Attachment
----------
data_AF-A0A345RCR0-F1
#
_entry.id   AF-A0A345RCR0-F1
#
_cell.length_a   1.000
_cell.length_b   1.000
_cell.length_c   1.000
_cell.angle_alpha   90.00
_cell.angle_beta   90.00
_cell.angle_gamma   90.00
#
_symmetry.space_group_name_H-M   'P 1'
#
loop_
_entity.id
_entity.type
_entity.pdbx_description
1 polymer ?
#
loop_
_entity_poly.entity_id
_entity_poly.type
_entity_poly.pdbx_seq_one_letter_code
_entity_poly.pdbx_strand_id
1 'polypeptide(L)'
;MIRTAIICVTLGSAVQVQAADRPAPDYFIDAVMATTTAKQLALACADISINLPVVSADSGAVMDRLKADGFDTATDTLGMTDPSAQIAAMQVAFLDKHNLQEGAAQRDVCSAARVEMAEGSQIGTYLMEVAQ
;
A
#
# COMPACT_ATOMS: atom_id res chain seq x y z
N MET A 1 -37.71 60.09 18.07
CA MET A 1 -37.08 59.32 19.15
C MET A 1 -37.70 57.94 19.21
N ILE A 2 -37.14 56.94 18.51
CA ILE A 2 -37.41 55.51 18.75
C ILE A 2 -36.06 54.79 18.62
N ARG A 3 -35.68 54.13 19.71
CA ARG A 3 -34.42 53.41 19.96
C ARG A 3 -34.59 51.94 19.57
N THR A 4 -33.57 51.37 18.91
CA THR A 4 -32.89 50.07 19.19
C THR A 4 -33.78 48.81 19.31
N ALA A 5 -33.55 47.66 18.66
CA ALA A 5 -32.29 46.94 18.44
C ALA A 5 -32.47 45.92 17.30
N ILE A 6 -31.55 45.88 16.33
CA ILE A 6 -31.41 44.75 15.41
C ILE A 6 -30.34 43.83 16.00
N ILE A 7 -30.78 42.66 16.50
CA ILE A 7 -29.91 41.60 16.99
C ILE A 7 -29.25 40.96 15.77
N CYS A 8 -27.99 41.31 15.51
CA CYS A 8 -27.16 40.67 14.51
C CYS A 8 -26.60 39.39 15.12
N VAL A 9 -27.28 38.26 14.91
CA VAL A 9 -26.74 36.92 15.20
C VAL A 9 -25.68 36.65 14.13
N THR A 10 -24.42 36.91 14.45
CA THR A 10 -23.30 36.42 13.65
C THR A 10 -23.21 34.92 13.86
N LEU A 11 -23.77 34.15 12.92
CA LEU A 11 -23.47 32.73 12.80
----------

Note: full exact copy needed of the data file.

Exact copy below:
data_AF-A0A345RCR0-F1
#
_entry.id   AF-A0A345RCR0-F1
#
_cell.length_a   1.000
_cell.length_b   1.000
_cell.length_c   1.000
_cell.angle_alpha   90.00
_cell.angle_beta   90.00
_cell.angle_gamma   90.00
#
_symmetry.space_group_name_H-M   'P 1'
#
loop_
_entity.id
_entity.type
_entity.pdbx_description
1 polymer ?
#
loop_
_entity_poly.entity_id
_entity_poly.type
_entity_poly.pdbx_seq_one_letter_code
_entity_poly.pdbx_strand_id
1 'polypeptide(L)'
;MIRTAIICVTLGSAVQVQAADRPAPDYFIDAVMATTTAKQLALACADISINLPVVSADSGAVMDRLKADGFDTATDTLGMTDPSAQIAAMQVAFLDKHNLQEGAAQRDVCSAARVEMAEGSQIGTYLMEVAQ
;
A
#
# COMPACT_ATOMS: atom_id res chain seq x y z
N MET A 1 -37.71 60.09 18.07
CA MET A 1 -37.08 59.32 19.15
C MET A 1 -37.70 57.94 19.21
N ILE A 2 -37.14 56.94 18.51
CA ILE A 2 -37.41 55.51 18.75
C ILE A 2 -36.06 54.79 18.62
N ARG A 3 -35.68 54.13 19.71
CA ARG A 3 -34.42 53.41 19.96
C ARG A 3 -34.59 51.94 19.57
N THR A 4 -33.57 51.37 18.91
CA THR A 4 -32.89 50.07 19.19
C THR A 4 -33.78 48.81 19.31
N ALA A 5 -33.55 47.66 18.66
CA ALA A 5 -32.29 46.94 18.44
C ALA A 5 -32.47 45.92 17.30
N ILE A 6 -31.55 45.88 16.33
CA ILE A 6 -31.41 44.75 15.41
C ILE A 6 -30.34 43.83 16.00
N ILE A 7 -30.78 42.66 16.50
CA ILE A 7 -29.91 41.60 16.99
C ILE A 7 -29.25 40.96 15.77
N CYS A 8 -27.99 41.31 15.51
CA CYS A 8 -27.16 40.67 14.51
C CYS A 8 -26.60 39.39 15.12
N VAL A 9 -27.28 38.26 14.91
CA VAL A 9 -26.74 36.92 15.20
C VAL A 9 -25.68 36.65 14.13
N THR A 10 -24.42 36.91 14.45
CA THR A 10 -23.30 36.42 13.65
C THR A 10 -23.21 34.92 13.86
N LEU A 11 -23.77 34.15 12.92
CA LEU A 11 -23.47 32.73 12.80